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A very long engagement

The majority of soldiers in Iraq go home after one or two deployments. A handful stay.

“The word of the day was IEDs,” he said. “They were everywhere. People were more worried about what was going on the side of the roads then what was going on on the roads.”

Three weeks after Bailey arrived, four Blackwater contractors were ambushed and killed as they entered Fallujah, one of a series of signs that U.S. occupation of Iraq was not going to end quickly.

“Not too long after the Blackwater contractors were killed, we moved into the city of Fallujah with several battalions and started basically rooting out the guys that were coming out to fight us, and there was a lot of them, a whole lot of them,” Bailey said. “It seemed like everybody had an RPG or a gun in Fallujah back then. You couldn’t get very far into the city before you started hearing booms and ricochets coming off vehicles and stuff like that. They definitely wanted to fight us head on.”

Bailey made it through that tour unscathed. He went back home, and, after leaving the Marines, became a police officer. But he didn’t like it.

“The worst part was going to work every day and knowing people hated you just because you are a cop, even though you never did anything to them. It was disheartening. ” he said. “But in the military you have huge sense of brotherhood and camaraderie.”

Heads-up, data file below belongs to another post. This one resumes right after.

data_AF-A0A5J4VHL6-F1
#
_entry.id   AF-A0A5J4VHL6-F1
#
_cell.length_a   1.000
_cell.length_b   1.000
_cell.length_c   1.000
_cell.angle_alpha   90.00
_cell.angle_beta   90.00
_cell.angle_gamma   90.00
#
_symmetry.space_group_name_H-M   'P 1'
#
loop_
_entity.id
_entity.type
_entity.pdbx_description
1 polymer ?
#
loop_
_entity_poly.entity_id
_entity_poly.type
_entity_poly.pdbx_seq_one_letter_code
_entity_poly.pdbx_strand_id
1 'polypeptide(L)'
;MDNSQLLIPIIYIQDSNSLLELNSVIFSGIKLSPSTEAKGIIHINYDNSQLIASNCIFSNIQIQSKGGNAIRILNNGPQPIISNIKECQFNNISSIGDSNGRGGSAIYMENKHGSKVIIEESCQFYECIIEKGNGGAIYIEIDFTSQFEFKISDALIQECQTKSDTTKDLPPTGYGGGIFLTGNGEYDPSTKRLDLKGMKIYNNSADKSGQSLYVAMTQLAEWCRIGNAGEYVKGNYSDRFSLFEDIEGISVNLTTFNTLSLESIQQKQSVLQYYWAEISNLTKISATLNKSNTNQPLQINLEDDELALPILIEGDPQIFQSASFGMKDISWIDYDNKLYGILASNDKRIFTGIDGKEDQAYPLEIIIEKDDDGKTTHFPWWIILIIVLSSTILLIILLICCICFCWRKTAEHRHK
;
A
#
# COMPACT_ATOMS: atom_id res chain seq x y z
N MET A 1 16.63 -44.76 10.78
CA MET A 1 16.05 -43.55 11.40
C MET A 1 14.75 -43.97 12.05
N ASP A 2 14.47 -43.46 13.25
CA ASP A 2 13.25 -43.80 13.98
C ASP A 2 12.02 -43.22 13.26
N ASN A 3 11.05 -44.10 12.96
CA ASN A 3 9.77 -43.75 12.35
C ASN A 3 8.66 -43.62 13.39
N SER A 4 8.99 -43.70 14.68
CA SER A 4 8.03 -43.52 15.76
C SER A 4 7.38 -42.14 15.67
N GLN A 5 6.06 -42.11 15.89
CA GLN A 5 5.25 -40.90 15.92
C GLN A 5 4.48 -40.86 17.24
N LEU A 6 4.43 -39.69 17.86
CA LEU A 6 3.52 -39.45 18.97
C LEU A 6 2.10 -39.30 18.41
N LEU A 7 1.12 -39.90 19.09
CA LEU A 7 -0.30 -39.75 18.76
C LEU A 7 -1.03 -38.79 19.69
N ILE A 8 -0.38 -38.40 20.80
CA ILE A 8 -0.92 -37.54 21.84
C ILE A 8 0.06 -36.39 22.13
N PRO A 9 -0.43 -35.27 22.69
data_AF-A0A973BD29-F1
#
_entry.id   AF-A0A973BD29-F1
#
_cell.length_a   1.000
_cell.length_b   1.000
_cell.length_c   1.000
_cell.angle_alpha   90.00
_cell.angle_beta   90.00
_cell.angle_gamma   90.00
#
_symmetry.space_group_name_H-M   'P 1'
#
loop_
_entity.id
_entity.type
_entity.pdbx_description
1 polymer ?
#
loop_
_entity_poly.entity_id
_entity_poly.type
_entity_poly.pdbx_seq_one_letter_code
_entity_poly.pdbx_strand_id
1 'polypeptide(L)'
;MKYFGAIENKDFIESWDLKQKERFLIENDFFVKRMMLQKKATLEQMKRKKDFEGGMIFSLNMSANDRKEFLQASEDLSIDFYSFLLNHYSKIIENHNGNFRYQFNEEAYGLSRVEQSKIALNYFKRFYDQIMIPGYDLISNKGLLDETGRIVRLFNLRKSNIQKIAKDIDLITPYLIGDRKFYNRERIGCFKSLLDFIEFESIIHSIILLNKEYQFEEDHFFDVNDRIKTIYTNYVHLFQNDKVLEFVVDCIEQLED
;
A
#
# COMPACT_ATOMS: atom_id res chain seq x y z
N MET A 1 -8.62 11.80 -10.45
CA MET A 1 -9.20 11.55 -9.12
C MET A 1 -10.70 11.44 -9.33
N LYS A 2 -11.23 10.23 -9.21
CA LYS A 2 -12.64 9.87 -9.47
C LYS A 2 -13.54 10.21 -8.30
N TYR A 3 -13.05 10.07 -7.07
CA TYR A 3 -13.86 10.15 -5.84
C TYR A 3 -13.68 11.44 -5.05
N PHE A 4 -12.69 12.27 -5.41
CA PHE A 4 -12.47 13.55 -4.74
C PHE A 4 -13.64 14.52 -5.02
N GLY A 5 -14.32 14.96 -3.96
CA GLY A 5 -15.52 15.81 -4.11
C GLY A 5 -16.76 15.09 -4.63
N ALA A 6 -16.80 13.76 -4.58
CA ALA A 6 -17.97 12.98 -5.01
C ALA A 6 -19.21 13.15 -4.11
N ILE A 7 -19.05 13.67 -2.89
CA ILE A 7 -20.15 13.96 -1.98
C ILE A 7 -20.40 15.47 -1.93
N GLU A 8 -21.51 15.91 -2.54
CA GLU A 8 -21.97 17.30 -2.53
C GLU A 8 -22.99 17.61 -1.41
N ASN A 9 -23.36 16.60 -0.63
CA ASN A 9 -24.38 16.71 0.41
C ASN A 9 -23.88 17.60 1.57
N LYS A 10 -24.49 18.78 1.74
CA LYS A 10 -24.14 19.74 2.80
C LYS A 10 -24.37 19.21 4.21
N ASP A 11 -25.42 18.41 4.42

Bailey reenlisted and was deployed with the 3rd Infantry Division to Baghdad in March 2006, for the surge. When he returned, he had the World Trade Center tattooed on his right forearm. He’s never been to New York but says the tattoo reminds him, and others, of “why we’re doing this.” Bailey is now on his fourth deployment to Iraq. 

“Part of me is sick of coming here, being away from a toddler,” he said. “My daughter was just born — I actually missed her birth the last time I was here — and being away from my wife of eight years. But this is what I signed up to do when I was 18 years old and this is what I know. My wife came into it and we know that [deployments] are one of those things that are going to happen and we’re prepared for it.”

Turning out the lights

David Shumate was 20 years old when he invaded Iraq with the 3rd Infantry Division, and he just turned 28. He spent a big chunk of his 20s in Iraq, and helped destroy the country’s army. Now he has seen it built back up again. He says the changes he’s seen since the early years of the Iraq occupation are like “night and day.”

“The Iraqi Army is a lot more established,” he said. “We no longer really can go into the cities without Iraqi escorts. We can’t go into an Iraqi house without an Iraqi escort and without a warrant or permission.”

He says that in 2006, if American troops felt that house was suspicious, they went into the house and “took care of business.” Now, he says, their mission is to support the Iraqis in their own sovereign country. He and his units have received indications that this will probably be their last tour here.

“You get the feeling that it’s the last deployment,” he said. “We were basically told you guys are going to turn the lights off on the way out the door.”

“I’m one of those guys I want to see it all the way through,” he said, when asked if he’s sick of coming to Iraq. “I’d rather stay here another year or two and get it done right then leave too early. I want us to leave and for this to work out, not for us to leave and the country have issues.”